Talk:Shiplift

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Comments[edit]

I'm posting this on the talk pages of the related articles, in the hope of unifying them.

I've just discovered the very haphazard nature of articles relating to the various methods of (for want of a completely neutral discriptor) removing a boat or ship from the water. There is lots of crisscrossing going on between dry dock, slipway, patent slip, marine railway, shiplift .... There isn't even a page for the most common name of one method (albeit a brand name), Travelift, or lift ship, as used for the USS Cole.

I suggest the following reorganization:

Each article would have a common set of links to the others.

Also, I think a distinction needs to be made between launching ways that have no means to haul a vessel out, and a true marine railway.

Comments? Pjbflynn 06:50, 17 December 2006 (UTC)

Leonard G's recent edits only highlight the need for clarifying this topic. I believe this article is meant to describe what I would call Lift Dock; a rigid platform that moves up and down off of which ships held in a cradle can be rolled or slid to enable further use of the lift. Lift docks do not use slings. There should be a seperate article on Travelifts. Pjbflynn 18:31, 6 January 2007 (UTC)


I changed some contributions because it went in the wrong direction. The basic idea of a shiplift is the fact that it uses a steel platform. The picture I deleted is a travellift or a boatlift for smaqll boats. This has nothing to do with a shiplift.A shiplift is fixed in a harbout, you can not drive with it. Most shiplifts in the world have capacities over say 800 tons up to 27000 tons, whereas the boatlifts/travellifts have max capacities of say 500 tons. There are some 4-5 companies over the world that supply shiplifts. Some of them use their tradename for a shiplift, such as Syncrolift (or Synchrolift) Docklift, Hyku lift etc, but these are just shiplifts with a steel platform and a number of winches.Lloyd's register of shipping uses the official name given by them, but not used by anybody else in the world: Mechanical Lift Dock>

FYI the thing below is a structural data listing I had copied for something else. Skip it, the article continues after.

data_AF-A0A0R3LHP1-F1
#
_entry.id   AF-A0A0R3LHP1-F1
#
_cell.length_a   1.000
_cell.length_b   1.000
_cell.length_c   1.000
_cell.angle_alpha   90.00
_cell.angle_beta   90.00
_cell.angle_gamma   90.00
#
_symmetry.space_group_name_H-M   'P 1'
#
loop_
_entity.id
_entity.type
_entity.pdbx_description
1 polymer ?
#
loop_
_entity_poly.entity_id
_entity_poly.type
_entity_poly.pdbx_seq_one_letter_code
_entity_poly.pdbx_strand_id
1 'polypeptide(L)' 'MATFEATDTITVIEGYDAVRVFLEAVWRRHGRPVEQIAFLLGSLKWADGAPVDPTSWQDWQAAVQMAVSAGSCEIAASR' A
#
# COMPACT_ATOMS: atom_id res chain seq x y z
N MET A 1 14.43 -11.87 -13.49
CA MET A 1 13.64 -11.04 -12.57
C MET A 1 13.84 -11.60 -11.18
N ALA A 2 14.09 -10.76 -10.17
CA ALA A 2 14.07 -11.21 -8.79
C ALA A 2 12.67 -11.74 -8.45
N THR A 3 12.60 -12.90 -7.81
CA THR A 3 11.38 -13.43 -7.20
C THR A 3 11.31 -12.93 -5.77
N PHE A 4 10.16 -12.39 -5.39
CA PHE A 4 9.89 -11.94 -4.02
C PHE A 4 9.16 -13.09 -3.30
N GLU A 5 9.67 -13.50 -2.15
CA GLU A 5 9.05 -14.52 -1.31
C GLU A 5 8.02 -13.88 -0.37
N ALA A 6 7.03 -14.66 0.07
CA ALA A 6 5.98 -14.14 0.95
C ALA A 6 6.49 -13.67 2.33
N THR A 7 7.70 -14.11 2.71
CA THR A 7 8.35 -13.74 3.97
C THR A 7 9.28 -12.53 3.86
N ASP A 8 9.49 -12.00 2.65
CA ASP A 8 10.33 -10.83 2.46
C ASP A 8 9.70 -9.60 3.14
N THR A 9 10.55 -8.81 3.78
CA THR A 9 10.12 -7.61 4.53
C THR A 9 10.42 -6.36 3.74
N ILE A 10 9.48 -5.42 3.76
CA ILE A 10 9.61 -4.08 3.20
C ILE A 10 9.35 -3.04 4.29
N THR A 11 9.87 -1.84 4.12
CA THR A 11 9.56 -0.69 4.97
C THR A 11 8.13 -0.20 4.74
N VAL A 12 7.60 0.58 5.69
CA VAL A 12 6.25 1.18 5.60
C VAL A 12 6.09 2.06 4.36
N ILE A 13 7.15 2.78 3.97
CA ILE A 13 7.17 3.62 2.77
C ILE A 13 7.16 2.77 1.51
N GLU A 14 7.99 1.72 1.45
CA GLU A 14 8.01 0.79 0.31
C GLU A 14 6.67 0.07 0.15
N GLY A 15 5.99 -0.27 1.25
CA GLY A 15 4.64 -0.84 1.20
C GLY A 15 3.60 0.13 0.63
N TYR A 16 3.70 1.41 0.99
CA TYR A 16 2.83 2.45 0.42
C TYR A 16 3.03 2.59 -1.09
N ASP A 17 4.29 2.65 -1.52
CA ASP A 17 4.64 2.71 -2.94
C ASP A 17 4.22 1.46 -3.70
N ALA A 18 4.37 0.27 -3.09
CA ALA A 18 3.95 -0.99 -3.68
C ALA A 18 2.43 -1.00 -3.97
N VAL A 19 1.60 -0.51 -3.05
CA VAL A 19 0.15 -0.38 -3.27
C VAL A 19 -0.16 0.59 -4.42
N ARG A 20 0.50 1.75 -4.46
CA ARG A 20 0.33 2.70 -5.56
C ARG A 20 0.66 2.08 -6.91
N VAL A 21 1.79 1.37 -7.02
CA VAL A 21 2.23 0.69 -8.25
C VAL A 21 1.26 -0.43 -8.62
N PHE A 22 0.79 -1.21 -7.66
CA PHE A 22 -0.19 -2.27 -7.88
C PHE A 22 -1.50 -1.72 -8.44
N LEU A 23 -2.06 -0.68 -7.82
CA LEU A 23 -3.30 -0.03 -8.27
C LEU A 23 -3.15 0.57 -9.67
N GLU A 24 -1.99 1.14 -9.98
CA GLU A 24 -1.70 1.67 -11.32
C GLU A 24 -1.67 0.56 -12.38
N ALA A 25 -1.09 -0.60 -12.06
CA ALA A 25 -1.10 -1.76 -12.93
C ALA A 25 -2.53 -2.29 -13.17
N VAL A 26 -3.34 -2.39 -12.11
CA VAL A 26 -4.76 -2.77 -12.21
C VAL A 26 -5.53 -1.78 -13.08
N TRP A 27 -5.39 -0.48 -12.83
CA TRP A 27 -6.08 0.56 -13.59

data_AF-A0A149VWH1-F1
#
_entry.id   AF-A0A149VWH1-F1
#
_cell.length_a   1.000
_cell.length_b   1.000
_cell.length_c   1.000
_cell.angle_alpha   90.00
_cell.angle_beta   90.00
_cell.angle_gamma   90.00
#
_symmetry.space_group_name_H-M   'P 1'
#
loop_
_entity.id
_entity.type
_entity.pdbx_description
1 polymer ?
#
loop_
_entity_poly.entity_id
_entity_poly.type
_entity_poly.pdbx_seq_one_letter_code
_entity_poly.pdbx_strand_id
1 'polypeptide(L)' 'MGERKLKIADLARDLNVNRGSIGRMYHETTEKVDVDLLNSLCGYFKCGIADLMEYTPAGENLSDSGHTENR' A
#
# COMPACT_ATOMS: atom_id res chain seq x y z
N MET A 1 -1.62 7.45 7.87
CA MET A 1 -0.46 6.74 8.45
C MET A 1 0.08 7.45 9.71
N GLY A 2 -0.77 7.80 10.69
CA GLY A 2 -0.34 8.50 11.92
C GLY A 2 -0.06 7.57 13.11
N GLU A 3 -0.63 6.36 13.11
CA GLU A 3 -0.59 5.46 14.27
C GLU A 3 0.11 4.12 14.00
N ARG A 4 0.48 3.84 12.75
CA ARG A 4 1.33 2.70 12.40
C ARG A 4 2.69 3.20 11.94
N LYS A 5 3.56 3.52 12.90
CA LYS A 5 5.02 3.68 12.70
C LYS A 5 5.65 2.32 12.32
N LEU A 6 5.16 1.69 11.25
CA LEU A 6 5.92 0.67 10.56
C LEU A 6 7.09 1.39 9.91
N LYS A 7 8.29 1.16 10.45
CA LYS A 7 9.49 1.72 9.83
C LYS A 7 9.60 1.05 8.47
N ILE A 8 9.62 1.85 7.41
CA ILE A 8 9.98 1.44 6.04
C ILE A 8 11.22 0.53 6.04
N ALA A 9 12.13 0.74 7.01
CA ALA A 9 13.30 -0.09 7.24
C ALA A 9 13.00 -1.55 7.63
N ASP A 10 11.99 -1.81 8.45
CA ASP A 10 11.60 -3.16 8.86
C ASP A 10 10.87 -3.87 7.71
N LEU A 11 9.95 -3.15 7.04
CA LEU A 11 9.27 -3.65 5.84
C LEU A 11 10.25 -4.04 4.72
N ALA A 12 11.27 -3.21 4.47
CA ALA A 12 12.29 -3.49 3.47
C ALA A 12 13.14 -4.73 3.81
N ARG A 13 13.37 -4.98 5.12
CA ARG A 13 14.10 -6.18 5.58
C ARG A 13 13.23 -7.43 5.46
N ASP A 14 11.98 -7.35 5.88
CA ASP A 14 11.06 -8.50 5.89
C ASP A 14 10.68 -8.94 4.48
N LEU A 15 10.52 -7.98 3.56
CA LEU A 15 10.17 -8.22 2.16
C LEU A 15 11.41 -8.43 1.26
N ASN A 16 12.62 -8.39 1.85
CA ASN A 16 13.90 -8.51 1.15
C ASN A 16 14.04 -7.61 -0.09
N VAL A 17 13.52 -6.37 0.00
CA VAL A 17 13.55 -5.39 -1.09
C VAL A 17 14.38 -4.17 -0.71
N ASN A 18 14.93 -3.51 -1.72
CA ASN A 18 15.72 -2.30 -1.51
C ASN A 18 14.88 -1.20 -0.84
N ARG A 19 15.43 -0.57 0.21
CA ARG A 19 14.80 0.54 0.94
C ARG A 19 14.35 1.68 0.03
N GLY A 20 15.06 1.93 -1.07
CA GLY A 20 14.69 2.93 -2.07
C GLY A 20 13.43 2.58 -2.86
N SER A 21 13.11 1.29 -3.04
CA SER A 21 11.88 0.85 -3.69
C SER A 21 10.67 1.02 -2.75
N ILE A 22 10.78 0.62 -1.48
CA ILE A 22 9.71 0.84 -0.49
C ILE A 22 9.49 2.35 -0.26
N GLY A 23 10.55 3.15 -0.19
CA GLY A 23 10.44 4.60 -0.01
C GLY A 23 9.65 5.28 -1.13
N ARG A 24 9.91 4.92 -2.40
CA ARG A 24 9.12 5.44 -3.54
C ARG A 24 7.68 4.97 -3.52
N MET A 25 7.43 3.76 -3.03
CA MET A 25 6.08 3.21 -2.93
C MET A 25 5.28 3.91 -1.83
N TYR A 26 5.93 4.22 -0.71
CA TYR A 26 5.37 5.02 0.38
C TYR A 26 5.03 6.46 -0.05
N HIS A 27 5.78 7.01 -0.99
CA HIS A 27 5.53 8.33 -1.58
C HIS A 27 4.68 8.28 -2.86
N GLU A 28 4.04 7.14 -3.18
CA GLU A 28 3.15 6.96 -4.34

"Lift ship" is a word I never heard before. In my opinion a lift ship does not exist.

Jeff 21:05, 29 January 2007 (UTC)


I forgot to say that a shiplift platform is always lowered and lifted exactly vertical!

Jeff 21:07, 29 January 2007 (UTC)

How about some OED research as to the origin of "shiplift", "boat lifts" at canals, etc? US English has "boat lifts" presently for simple vertical movement at docks, not translation at canals; this use fits at this article, but with name confusion.165.121.80.250 (talk) 09:14, 10 April 2013 (UTC)

Move discussion in progress[edit]

There is a move discussion in progress on Talk:Boat lift which affects this page. Please participate on that page and not in this talk page section. Thank you. —RMCD bot 01:29, 11 April 2013 (UTC)

Bunch o'stupid at Commons[edit]

Wikimedia Commons want to redefine shiplifts as a sort of port crane: Commons:Commons:Categories_for_discussion/2016/11/Category:Shiplifts#Category:Shiplifts Andy Dingley (talk) 21:06, 19 November 2016 (UTC)